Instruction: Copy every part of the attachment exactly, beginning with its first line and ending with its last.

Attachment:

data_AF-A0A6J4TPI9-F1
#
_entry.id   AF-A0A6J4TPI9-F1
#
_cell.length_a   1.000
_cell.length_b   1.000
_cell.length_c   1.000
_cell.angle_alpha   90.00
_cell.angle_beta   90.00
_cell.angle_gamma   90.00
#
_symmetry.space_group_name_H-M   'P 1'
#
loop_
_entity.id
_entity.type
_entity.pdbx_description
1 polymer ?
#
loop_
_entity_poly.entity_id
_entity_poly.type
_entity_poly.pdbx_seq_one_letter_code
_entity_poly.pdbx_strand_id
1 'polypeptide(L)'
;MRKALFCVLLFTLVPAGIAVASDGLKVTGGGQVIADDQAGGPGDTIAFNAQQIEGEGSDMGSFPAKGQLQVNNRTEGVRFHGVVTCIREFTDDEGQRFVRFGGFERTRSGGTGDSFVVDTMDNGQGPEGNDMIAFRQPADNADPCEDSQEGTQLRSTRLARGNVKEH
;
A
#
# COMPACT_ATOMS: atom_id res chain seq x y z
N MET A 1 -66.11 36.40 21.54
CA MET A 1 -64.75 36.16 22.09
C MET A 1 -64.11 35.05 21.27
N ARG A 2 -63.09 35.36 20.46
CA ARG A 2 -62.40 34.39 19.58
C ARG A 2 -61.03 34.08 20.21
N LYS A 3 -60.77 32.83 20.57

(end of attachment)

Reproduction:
data_AF-A0A6J4TPI9-F1
#
_entry.id   AF-A0A6J4TPI9-F1
#
_cell.length_a   1.000
_cell.length_b   1.000
_cell.length_c   1.000
_cell.angle_alpha   90.00
_cell.angle_beta   90.00
_cell.angle_gamma   90.00
#
_symmetry.space_group_name_H-M   'P 1'
#
loop_
_entity.id
_entity.type
_entity.pdbx_description
1 polymer ?
#
loop_
_entity_poly.entity_id
_entity_poly.type
_entity_poly.pdbx_seq_one_letter_code
_entity_poly.pdbx_strand_id
1 'polypeptide(L)'
;MRKALFCVLLFTLVPAGIAVASDGLKVTGGGQVIADDQAGGPGDTIAFNAQQIEGEGSDMGSFPAKGQLQVNNRTEGVRFHGVVTCIREFTDDEGQRFVRFGGFERTRSGGTGDSFVVDTMDNGQGPEGNDMIAFRQPADNADPCEDSQEGTQLRSTRLARGNVKEH
;
A
#
# COMPACT_ATOMS: atom_id res chain seq x y z
N MET A 1 -66.11 36.40 21.54
CA MET A 1 -64.75 36.16 22.09
C MET A 1 -64.11 35.05 21.27
N ARG A 2 -63.09 35.36 20.46
CA ARG A 2 -62.40 34.39 19.58
C ARG A 2 -61.03 34.08 20.21
N LYS A 3 -60.77 32.83 20.57